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Patriotism and Courage

  • Jason A. ScorzaEmail author
Living reference work entry

Abstract

Courage and patriotism are intimately connected in the writings of many ancient political thinkers, among them Thucydides, Demosthenes, Polybius, and Cicero, as well as some of their early modern admirers, most notably Machiavelli. Indeed, along with a conception of political liberty, these concepts can be said to form a loose “virtuous circle” in the republican tradition of political thought. Within this virtuous circle, patriotism (understood as love of one’s fellow citizens and of the political freedom one shares with them) rather than as chauvinistic love of the nation (or of the state) inspires civic courage; in turn, courage (understood as boldness both in battle and in speech) defends shared political liberty against both internal and external threats; and liberty (encompassing historical republican principles of civic independence, self-government, and the rule of law) provides the sociopolitical conditions in which patriotism properly understood may flourish. Over time, however, the virtuous circle has given way to a “vicious circle,” in which jingoism, fear, and power supplant patriotism, courage, and liberty as the foundation of political order. Within the vicious circle, various sociopolitical fears (e.g., of change, of poverty, of loss of status, of the other, etc.) give rise to a chauvinistic nationalism, which has as its goal power rather than freedom; power, through its reliable mechanisms of propaganda and intimidation, is itself employed to stimulate more of the same fears, thereby completing the vicious circle. More recently, political theorists have endeavored, with limited to success, to reconstitute the virtuous circle, either by retrieving and revising republican antecedents, or by explicating alternative liberal conceptions of patriotism, courage, and freedom.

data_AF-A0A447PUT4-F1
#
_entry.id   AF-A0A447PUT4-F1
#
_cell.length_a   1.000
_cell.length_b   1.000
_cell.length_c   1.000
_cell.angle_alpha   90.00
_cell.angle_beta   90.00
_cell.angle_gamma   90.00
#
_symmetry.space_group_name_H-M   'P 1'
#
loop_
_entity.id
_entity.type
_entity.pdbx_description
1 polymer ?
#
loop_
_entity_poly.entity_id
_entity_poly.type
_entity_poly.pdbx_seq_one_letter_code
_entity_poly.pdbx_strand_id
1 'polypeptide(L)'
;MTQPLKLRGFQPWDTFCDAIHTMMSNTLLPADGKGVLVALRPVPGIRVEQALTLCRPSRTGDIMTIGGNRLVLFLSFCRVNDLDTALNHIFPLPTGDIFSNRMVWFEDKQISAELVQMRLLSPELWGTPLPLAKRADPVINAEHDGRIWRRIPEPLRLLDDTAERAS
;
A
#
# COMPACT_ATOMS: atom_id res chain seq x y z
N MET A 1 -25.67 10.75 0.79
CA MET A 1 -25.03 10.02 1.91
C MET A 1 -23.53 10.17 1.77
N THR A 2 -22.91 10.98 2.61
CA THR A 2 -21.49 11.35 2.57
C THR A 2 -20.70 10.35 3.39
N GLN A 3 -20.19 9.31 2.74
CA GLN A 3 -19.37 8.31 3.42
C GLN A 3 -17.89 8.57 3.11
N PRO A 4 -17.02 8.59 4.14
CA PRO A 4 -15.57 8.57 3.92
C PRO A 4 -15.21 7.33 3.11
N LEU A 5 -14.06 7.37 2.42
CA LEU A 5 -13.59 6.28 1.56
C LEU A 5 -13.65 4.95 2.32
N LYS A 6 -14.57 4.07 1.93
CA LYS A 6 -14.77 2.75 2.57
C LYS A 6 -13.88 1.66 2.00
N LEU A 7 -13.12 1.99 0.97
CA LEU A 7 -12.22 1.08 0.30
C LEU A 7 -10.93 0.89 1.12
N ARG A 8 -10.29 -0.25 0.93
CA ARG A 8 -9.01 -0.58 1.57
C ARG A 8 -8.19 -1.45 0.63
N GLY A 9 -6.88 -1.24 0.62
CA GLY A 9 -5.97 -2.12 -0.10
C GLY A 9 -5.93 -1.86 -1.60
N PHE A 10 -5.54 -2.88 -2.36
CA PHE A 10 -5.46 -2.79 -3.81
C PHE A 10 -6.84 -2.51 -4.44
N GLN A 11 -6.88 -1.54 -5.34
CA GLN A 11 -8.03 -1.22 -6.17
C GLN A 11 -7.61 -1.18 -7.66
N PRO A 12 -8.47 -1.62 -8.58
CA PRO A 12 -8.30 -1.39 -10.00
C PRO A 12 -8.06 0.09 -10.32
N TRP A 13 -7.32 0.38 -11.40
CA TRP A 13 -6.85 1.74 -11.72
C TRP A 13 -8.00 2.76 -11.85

Keywords

Arendt, Hannah Cicero Courage, Civic Bruni, Leonardo Demosthenes Freedom Greece Herodotus Liberty Machiavelli, Niccolo Milton, John Parrhesia Patriotism Pericles Polybius Republicanism Robespierre, Maximilien Roman Republic Rousseau, Jean-Jacques Shklar, Judith Sidney, Algernon Virtuous Circle Virtue, Civic 

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Copyright information

© Springer International Publishing AG 2017

Authors and Affiliations

  1. 1.Fairleigh Dickinson UniversityTeaneckUSA

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